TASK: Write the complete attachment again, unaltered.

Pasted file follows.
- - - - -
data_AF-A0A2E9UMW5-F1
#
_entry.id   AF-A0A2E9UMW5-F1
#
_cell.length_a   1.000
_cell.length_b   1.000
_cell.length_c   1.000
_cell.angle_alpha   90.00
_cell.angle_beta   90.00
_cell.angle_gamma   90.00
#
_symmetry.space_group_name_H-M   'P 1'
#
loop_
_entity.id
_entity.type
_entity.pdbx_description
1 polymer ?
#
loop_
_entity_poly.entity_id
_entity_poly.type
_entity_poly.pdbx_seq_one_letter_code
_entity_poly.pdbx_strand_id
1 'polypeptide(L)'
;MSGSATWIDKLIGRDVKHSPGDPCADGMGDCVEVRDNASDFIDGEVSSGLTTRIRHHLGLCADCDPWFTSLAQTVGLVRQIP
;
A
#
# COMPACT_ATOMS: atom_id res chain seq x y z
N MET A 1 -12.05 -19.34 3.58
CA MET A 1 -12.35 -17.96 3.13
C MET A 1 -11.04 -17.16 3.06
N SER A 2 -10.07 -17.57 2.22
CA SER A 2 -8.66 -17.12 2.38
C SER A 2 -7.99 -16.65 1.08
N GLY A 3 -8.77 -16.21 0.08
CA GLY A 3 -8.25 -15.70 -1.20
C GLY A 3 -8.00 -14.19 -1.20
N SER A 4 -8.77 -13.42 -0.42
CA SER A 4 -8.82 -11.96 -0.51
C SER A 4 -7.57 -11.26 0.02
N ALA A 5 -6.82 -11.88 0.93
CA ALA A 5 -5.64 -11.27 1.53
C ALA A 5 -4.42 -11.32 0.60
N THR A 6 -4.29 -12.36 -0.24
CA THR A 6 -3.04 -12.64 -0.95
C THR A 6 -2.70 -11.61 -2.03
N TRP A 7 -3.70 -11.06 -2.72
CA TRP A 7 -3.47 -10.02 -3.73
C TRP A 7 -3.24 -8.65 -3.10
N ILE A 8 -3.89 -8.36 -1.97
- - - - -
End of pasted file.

data_AF-A0A2E9UMW5-F1
#
_entry.id   AF-A0A2E9UMW5-F1
#
_cell.length_a   1.000
_cell.length_b   1.000
_cell.length_c   1.000
_cell.angle_alpha   90.00
_cell.angle_beta   90.00
_cell.angle_gamma   90.00
#
_symmetry.space_group_name_H-M   'P 1'
#
loop_
_entity.id
_entity.type
_entity.pdbx_description
1 polymer ?
#
loop_
_entity_poly.entity_id
_entity_poly.type
_entity_poly.pdbx_seq_one_letter_code
_entity_poly.pdbx_strand_id
1 'polypeptide(L)'
;MSGSATWIDKLIGRDVKHSPGDPCADGMGDCVEVRDNASDFIDGEVSSGLTTRIRHHLGLCADCDPWFTSLAQTVGLVRQIP
;
A
#
# COMPACT_ATOMS: atom_id res chain seq x y z
N MET A 1 -12.05 -19.34 3.58
CA MET A 1 -12.35 -17.96 3.13
C MET A 1 -11.04 -17.16 3.06
N SER A 2 -10.07 -17.57 2.22
CA SER A 2 -8.66 -17.12 2.38
C SER A 2 -7.99 -16.65 1.08
N GLY A 3 -8.77 -16.21 0.08
CA GLY A 3 -8.25 -15.70 -1.20
C GLY A 3 -8.00 -14.19 -1.20
N SER A 4 -8.77 -13.42 -0.42
CA SER A 4 -8.82 -11.96 -0.51
C SER A 4 -7.57 -11.26 0.02
N ALA A 5 -6.82 -11.88 0.93
CA ALA A 5 -5.64 -11.27 1.53
C ALA A 5 -4.42 -11.32 0.60
N THR A 6 -4.29 -12.36 -0.24
CA THR A 6 -3.04 -12.64 -0.95
C THR A 6 -2.70 -11.61 -2.03
N TRP A 7 -3.70 -11.06 -2.72
CA TRP A 7 -3.47 -10.02 -3.73
C TRP A 7 -3.24 -8.65 -3.10
N ILE A 8 -3.89 -8.36 -1.97